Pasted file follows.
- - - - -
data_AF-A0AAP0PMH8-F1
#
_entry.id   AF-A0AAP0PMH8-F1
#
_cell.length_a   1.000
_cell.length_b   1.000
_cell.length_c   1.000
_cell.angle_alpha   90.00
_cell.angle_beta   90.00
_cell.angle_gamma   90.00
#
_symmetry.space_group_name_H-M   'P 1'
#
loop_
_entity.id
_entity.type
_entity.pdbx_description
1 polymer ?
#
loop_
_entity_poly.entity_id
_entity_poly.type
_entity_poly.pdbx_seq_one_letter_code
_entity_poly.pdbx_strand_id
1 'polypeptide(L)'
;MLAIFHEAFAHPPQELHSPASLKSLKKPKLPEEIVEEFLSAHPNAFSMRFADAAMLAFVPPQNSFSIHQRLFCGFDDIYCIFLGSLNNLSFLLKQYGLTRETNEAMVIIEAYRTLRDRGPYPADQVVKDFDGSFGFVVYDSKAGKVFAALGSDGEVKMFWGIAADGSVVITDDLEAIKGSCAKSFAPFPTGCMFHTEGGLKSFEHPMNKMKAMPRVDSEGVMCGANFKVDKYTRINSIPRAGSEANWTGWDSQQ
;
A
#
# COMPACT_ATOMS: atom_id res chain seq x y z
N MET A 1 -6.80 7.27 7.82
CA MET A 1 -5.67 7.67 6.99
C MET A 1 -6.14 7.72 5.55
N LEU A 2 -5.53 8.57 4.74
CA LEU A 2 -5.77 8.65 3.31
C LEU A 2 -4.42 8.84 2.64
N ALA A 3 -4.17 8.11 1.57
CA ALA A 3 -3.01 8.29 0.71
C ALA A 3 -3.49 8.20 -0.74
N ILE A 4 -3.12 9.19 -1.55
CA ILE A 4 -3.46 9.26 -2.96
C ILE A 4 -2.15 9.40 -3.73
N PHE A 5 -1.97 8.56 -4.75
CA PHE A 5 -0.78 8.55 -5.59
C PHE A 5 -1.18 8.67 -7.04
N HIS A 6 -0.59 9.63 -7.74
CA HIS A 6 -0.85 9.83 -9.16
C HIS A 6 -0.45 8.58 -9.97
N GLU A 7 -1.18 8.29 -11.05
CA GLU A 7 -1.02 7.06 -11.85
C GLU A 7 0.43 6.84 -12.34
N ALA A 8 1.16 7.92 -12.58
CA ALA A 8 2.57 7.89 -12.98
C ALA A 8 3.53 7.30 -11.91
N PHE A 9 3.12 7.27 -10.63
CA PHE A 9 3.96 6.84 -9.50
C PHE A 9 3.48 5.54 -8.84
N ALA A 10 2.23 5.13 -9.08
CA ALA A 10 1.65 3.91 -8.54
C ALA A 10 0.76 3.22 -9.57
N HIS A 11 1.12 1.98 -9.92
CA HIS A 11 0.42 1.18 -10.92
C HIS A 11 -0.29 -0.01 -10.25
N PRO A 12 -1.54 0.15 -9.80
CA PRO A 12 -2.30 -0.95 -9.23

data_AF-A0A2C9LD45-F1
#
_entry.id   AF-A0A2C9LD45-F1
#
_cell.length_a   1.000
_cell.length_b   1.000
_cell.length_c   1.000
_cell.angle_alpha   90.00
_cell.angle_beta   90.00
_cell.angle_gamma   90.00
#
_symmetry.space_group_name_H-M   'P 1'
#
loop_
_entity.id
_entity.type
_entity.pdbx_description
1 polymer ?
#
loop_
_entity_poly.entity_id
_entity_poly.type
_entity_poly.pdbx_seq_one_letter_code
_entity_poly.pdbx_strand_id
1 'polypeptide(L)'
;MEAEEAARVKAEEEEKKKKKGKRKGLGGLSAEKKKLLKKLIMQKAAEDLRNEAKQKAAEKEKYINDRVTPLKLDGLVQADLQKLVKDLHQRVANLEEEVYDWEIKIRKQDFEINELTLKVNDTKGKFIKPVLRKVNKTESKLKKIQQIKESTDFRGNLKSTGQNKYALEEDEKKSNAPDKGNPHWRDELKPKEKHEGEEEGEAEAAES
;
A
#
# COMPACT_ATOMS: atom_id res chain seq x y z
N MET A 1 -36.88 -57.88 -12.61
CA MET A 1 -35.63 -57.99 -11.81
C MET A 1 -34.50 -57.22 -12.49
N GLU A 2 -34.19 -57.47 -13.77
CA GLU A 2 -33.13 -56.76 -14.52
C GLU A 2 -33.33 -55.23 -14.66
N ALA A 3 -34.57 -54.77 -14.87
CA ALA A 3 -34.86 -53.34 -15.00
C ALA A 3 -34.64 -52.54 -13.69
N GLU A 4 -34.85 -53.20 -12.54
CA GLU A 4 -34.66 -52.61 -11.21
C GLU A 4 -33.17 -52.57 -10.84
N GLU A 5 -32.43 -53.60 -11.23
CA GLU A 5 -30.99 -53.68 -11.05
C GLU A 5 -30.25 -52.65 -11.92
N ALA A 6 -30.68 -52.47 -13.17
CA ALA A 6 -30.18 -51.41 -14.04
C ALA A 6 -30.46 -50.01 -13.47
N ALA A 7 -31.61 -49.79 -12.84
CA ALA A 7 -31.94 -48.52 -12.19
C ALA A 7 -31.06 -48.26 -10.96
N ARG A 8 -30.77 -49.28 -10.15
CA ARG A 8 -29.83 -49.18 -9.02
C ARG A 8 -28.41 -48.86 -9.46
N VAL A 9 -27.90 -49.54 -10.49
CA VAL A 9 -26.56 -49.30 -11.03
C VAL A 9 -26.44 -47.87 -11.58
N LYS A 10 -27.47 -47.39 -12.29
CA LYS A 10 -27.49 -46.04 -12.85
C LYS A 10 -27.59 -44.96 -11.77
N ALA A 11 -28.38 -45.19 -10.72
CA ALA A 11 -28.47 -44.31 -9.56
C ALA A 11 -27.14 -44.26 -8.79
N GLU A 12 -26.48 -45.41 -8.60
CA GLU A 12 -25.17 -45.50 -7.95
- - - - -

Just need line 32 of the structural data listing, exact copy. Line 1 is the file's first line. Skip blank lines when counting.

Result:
CA MET A 1 -5.67 7.67 6.99